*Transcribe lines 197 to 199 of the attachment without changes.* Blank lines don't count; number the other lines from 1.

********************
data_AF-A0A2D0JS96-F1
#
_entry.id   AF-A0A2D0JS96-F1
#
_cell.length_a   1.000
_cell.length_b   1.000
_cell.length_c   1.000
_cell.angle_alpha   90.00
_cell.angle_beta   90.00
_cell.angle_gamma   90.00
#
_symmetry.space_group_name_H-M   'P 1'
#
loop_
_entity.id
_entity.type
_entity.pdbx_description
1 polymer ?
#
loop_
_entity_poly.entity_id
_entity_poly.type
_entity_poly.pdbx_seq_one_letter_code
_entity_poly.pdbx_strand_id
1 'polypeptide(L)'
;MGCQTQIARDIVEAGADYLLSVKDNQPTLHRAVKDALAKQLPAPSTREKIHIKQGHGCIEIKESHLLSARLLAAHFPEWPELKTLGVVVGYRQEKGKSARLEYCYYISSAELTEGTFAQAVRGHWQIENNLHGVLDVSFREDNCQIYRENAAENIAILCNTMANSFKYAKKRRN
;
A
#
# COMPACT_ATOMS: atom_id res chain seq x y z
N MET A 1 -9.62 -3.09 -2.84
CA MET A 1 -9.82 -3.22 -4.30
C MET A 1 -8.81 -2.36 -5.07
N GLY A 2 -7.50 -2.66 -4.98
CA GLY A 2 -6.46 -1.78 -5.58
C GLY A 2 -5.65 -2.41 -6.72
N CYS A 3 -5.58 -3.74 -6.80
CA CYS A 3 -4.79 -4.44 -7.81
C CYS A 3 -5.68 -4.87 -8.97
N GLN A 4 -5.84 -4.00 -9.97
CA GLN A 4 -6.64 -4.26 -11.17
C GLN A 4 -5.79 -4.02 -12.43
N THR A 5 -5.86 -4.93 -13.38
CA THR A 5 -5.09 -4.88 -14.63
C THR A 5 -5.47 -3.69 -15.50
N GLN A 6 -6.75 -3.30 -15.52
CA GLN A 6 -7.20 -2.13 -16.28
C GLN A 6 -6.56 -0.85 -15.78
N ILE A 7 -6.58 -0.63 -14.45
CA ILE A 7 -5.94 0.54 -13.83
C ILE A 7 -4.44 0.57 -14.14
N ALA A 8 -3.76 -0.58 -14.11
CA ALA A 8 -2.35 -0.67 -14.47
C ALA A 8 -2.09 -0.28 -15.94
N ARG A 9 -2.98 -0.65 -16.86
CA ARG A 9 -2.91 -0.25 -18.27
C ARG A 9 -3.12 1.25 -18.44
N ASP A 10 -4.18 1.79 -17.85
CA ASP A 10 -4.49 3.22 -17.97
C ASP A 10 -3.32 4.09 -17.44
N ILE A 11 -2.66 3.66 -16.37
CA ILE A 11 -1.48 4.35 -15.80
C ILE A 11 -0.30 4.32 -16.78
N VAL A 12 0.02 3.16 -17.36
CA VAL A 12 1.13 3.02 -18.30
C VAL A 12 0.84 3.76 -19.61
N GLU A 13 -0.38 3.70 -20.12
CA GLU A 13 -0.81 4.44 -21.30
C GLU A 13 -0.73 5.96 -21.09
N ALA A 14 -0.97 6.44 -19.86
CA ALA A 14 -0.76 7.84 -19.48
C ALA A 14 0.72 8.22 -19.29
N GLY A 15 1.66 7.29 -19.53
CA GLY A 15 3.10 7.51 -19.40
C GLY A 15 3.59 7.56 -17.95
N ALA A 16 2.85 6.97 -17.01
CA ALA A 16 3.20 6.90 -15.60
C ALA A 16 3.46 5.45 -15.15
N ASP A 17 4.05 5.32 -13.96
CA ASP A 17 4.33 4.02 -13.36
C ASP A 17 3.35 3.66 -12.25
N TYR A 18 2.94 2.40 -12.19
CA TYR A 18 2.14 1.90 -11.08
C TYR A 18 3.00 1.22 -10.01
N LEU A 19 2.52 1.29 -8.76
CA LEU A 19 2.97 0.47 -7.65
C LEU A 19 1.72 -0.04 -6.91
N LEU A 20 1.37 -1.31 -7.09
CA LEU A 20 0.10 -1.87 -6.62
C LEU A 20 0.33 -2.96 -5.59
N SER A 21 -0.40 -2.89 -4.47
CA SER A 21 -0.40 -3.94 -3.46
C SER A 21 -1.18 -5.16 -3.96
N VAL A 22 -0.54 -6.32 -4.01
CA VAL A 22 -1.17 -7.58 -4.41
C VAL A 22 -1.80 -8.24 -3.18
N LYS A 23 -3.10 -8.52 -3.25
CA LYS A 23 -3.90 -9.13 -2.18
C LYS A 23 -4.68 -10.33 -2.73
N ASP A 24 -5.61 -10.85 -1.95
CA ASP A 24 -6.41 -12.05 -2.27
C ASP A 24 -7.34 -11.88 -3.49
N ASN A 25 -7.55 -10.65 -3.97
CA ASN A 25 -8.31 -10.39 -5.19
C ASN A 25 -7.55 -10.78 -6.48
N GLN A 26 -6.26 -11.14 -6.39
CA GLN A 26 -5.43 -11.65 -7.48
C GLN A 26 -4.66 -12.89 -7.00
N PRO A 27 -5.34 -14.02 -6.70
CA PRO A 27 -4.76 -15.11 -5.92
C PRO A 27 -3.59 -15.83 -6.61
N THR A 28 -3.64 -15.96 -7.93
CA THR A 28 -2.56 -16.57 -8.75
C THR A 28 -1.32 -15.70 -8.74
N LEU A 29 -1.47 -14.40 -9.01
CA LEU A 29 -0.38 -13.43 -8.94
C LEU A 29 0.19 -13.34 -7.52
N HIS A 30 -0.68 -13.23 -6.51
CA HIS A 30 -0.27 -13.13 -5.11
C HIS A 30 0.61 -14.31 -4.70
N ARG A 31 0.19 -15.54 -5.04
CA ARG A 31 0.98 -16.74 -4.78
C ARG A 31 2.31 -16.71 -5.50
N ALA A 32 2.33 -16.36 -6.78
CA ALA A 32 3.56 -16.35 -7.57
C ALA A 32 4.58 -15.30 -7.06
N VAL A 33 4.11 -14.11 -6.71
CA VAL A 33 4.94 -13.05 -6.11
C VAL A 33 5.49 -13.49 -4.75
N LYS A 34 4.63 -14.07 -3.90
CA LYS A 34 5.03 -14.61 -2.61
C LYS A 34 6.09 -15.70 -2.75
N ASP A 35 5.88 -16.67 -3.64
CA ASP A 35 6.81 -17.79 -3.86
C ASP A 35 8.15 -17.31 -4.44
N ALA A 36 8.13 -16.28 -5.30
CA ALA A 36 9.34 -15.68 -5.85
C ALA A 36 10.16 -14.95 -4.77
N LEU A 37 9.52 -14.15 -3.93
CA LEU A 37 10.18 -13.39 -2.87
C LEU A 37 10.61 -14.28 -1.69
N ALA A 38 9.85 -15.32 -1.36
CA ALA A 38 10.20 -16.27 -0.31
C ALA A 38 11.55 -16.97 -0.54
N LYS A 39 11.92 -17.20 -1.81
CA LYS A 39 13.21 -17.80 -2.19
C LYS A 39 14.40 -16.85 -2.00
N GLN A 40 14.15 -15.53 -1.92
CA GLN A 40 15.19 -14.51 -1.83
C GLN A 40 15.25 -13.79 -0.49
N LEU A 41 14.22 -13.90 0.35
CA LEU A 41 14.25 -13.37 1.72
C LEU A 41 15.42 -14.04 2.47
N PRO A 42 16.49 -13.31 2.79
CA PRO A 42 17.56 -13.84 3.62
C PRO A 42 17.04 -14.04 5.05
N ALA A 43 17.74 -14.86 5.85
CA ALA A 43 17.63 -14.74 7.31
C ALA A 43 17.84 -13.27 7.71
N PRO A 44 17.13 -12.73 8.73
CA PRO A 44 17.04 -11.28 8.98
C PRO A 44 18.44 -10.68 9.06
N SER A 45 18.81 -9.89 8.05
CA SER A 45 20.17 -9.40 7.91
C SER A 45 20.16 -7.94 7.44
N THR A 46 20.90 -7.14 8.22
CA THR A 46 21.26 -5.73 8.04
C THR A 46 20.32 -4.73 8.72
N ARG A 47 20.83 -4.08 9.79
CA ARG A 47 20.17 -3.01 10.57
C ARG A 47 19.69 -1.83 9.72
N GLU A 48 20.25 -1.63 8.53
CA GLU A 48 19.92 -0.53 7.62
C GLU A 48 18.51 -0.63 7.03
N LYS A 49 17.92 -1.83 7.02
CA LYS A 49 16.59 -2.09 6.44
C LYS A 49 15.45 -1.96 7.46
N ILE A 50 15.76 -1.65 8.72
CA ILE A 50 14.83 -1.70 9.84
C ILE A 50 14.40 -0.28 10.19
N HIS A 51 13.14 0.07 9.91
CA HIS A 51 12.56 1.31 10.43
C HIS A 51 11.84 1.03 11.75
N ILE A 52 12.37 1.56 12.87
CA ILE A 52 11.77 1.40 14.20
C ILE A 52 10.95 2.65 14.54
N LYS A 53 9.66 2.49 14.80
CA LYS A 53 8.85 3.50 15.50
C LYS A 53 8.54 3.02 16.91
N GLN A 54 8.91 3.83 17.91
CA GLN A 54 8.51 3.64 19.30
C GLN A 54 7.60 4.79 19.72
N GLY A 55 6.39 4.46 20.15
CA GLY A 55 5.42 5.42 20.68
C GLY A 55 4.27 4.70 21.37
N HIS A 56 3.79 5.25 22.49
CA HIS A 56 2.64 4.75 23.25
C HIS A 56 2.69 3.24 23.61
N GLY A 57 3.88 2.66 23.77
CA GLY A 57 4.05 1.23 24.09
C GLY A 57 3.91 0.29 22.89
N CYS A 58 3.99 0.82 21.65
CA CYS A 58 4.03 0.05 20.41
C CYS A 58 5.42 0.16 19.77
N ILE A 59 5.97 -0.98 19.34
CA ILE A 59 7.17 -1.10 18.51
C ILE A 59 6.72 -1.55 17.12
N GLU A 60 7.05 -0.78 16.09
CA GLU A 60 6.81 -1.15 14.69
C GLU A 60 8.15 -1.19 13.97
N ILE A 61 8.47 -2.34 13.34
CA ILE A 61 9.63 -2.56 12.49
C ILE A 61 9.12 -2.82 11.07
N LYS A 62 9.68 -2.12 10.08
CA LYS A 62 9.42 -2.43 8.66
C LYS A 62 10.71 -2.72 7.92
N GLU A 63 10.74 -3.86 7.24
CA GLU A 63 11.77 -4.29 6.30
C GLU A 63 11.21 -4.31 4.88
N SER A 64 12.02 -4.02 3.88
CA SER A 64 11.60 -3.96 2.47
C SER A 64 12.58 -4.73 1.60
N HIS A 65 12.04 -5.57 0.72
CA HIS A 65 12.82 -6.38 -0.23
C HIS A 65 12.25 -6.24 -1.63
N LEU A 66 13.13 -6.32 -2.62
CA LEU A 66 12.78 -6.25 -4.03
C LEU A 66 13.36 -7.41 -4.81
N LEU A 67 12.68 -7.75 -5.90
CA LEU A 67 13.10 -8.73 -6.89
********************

CA HIS A 56 2.64 4.75 23.25
C HIS A 56 2.69 3.24 23.61
N GLY A 57 3.88 2.66 23.77